Scripture reveals that Mary, the Mother of Jesus, stood by the cross as her son died. This was foretold by Simeon in the Temple when Jesus was presented there. Hence, this feast acknowledges Mary as a martyr because of the intense pain of the sword piercing her heart. As you would expect, how could a mother not be with her son as he died? Her humanity was closely united to that of his.
Your lectio may lead you to pray with the following: Mark 15:22; John 19:18, 25-27; Mark 15:34; Luke 23:46
Grasping the seriousness of this event gave way to the incredible composition of the sequence of Stabat Mater. Most parishes don’t sing this poetic text any longer but it used to be sung on this feast day and on Good Friday. Sometimes you’d hear it at the Stations of the Cross.
If you are not familiar with the rosary devotion of Seven Sorrows of Mary you will want to visit this site. This devotion has its roots in the 12th century and was made extraordinarily popular in the 13th. People like Saints Anselm and Bernard advocated this form of the rosary; the Benedictines, Cistercians and then the Servite friars took up the devotion to the Seven Sorrows of Mary. The feast of Our Lady of Sorrows was placed on the Roman Calendar by Pope Benedict XIII in 1727 and observed on the Friday prior to Palm Sunday; at the revision of the liturgical calendar the feast moved to this date. But the feast does have a variety of observances in other parts of the Church.
This is yet another truly Benedictine feast as it draws us to the foot of the cross. Given yesterday’s feast of the Exaltation of the Cross, today gives us the perspective of the mother. Mary’s sorrows have become our own sorrows; this is a reasonable feast that recognizes as concrete the place of sorrow in our experience. But sorrow is not the final chapter in this life: sorrow gives way to peace and joy. I am thinking of the mothers who have lost a child to all sorts of circumstances (sudden death, miscarriage, addictions, murder, war, abortion). Saint Benedict and his sons and daughters help to point the way to salvation in Christ through the cross.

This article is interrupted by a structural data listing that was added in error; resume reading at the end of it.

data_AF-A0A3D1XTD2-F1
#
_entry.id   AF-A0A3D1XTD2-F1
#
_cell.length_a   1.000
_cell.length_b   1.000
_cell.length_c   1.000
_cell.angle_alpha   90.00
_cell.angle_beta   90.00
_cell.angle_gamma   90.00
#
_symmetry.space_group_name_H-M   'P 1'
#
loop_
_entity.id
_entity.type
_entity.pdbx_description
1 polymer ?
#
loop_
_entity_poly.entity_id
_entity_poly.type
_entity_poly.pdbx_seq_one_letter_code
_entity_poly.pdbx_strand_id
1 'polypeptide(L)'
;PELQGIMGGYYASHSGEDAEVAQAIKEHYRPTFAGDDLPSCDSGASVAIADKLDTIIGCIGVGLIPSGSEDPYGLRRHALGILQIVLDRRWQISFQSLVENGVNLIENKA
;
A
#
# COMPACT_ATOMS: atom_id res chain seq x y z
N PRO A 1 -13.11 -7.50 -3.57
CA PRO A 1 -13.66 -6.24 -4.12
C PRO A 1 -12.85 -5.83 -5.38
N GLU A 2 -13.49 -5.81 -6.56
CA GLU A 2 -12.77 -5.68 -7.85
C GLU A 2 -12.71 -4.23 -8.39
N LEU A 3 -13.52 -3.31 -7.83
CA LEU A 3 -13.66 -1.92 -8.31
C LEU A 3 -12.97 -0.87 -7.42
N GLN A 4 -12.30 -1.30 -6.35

The great Cistercian abbot Saint Bernard directs our thoughts and prayer in the following homily.
The martyrdom of the Virgin is set forth both in the prophecy of Simeon and in the actual story of our Lord’s passion. The holy old man said of the infant Jesus: He has been established as a sign which will be contradicted. He went on to say to Mary: And your own heart will be pierced by a sword.
Truly, O blessed Mother, a sword has pierced your heart. For only by passing through your heart could the sword enter the flesh of your Son. Indeed, after your Jesus – who belongs to everyone, but is especially yours – gave up his life, the cruel spear, which was not withheld from his lifeless body, tore open his side. Clearly it did not touch his soul and could not harm him, but it did pierce your heart. For surely his soul was no longer there, but yours could not be torn away. Thus the violence of sorrow has cut through your heart, and we rightly call you more than martyr, since the effect of compassion in you has gone beyond the endurance of physical suffering.
Or were those words, Woman, behold your Son, not more than a word to you, truly piercing your heart, cutting through to the division between soul and spirit? What an exchange! John is given to you in place of Jesus, the servant in place of the Lord, the disciple in place of the master; the son of Zebedee replaces the Son of God, a mere man replaces God himself. How could these words not pierce your most loving heart, when the mere remembrance of them breaks ours, hearts of iron and stone though they are!
Do not be surprised, brothers, that Mary is said to be a martyr in spirit. Let him be surprised who does not remember the words of Paul, that one of the greatest crimes of the Gentiles was that they were without love. That was far from the heart of Mary; let it be far from her servants.
Perhaps someone will say: “Had she not known before that he would not die?” Undoubtedly. “Did she not expect him to rise again at once?” Surely. “And still she grieved over her crucified Son?” Intensely. Who are you and what is the source of your wisdom that you are more surprised at the compassion of Mary than at the passion of Mary’s Son? For if he could die in body, could she not die with him in spirit? He died in body through a love greater than anyone had known. She died in spirit through a love unlike any other since his.